We belong to one another. The church is one of the places where we attempt to incarnate that reality and give form to our belonging. In the church we celebrate the reality of our human connection that exists not because we always agree or look or behave alike but because we acknowledge that all human beings are created in the image of God and therefore deserve to be honoured and valued as bearers of that image. The world is a frightening and troubling place when we surrender to the absolute autonomy of every individual and forsake any acknowledgement of the deep realities that bind us together as one human organism.


I share your sense of frustration that this conversation in the Anglican Church has dragged on for so long. We have allowed ourselves to be sidetracked over a particular issue. Although the issue may be important, it is not the central issue of the church. The church exists to point people beyond the visible tangible manifestations of church to the hidden, mysterious, invisible reality of God’s Spirit at work in our lives.

Paul says, “we have this treasure in clay jars.” (2 Corinthians 4:7) We are all “clay jars.” The church is a “clay jar.” The clay jar is cracked and broken but it still contains “this treasure.” It is deeply tragic if we allow our pain at the cracks in the clay jar to cause us to miss the treasure. If we can look carefully and open our hearts deeply, we will begin to discover that, in fact, it is through the cracks that the light of the treasure within can be seen.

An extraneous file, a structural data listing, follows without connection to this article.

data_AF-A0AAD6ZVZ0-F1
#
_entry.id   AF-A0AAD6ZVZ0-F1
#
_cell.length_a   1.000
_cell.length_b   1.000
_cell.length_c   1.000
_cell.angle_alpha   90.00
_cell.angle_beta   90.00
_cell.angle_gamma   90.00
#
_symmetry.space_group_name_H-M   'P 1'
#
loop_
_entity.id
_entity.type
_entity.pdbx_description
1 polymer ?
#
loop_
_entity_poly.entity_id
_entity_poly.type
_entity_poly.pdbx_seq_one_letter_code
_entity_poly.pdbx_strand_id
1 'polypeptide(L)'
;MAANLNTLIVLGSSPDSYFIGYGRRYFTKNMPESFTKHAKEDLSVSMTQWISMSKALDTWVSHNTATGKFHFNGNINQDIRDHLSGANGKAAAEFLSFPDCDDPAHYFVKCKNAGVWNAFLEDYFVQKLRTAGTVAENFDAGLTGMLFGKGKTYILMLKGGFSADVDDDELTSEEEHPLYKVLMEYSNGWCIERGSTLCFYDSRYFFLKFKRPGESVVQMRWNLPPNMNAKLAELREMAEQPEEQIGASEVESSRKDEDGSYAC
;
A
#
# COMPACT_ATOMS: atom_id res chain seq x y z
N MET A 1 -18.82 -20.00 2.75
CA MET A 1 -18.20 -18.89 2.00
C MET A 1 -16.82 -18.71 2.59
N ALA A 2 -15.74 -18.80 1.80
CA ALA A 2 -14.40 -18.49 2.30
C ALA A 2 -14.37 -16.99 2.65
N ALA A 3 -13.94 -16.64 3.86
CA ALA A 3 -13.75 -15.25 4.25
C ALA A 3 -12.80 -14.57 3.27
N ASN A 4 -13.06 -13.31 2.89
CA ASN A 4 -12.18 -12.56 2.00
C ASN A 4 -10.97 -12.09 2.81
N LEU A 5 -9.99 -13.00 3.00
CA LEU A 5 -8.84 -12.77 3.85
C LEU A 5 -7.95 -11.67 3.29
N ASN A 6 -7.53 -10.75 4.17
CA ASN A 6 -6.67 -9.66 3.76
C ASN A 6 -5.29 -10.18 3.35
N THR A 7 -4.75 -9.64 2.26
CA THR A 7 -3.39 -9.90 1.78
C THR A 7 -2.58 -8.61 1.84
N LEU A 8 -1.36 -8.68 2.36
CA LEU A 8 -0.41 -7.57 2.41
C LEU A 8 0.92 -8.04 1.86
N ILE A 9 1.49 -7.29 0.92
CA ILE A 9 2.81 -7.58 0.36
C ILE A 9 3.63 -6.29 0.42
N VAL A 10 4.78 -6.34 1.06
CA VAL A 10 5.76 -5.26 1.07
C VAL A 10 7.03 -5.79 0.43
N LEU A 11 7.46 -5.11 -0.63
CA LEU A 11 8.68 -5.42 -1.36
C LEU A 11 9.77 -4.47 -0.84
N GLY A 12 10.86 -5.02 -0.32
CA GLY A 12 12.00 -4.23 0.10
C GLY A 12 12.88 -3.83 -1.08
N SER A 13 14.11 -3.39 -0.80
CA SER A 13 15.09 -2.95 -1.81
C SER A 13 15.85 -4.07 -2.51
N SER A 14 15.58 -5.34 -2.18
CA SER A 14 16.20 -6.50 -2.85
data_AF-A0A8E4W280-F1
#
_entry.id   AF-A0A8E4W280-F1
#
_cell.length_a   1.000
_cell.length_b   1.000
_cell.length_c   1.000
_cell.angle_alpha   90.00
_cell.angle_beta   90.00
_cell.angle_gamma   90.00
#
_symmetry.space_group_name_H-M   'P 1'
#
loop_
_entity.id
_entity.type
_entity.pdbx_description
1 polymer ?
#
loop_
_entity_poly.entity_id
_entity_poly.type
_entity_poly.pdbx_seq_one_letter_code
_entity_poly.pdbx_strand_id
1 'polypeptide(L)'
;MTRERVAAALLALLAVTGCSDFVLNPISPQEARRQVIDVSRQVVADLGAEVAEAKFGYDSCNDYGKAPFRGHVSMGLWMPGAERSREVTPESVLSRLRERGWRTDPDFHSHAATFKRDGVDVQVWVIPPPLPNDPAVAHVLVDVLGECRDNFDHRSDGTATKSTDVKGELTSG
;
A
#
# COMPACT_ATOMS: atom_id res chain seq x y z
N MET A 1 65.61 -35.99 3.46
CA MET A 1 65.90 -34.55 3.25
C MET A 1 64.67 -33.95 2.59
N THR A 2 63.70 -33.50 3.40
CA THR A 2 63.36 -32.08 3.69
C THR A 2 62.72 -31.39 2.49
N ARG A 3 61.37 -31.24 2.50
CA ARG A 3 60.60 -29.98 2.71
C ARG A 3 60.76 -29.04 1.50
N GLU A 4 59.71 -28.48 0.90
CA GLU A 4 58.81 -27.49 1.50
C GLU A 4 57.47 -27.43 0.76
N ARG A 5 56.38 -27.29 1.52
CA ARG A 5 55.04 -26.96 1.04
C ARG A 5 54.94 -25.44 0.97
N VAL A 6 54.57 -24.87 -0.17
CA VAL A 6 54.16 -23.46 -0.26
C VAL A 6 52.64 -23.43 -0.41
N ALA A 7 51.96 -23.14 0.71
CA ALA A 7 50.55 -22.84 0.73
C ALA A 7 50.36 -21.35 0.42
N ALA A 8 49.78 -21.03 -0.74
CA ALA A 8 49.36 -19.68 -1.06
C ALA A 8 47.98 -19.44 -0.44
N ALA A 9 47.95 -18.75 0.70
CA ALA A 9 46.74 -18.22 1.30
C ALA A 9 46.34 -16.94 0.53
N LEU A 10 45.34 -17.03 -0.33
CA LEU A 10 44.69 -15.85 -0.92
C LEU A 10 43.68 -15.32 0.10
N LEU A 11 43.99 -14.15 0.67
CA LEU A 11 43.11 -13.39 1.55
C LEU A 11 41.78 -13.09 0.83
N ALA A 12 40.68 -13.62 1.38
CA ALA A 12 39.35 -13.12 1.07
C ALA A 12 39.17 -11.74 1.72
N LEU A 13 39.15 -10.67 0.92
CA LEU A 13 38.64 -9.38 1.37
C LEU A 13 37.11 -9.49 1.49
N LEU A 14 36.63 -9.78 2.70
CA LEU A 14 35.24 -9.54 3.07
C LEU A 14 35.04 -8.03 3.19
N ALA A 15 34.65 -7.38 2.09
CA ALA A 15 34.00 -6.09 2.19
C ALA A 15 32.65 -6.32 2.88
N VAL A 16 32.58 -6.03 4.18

I pray that you may continue to know God’s guidance on your journey. I pray you may find a community in which you can discern the outline of God’s work enough to make it possible for you to participate in and contribute towards supporting and nurturing the work of God in the world through that community. God bless and keep you.


Rob H said...

AS I have aged in Christ nnd life perhaps it is myself wanting to listen and find a way to understand complex situations and or each persons take on their view of Christinity as in Jeasys words to us.
What I have realized is as an organization the Anglican Church will stumble in it day to day grasp of what Christ would want us to do.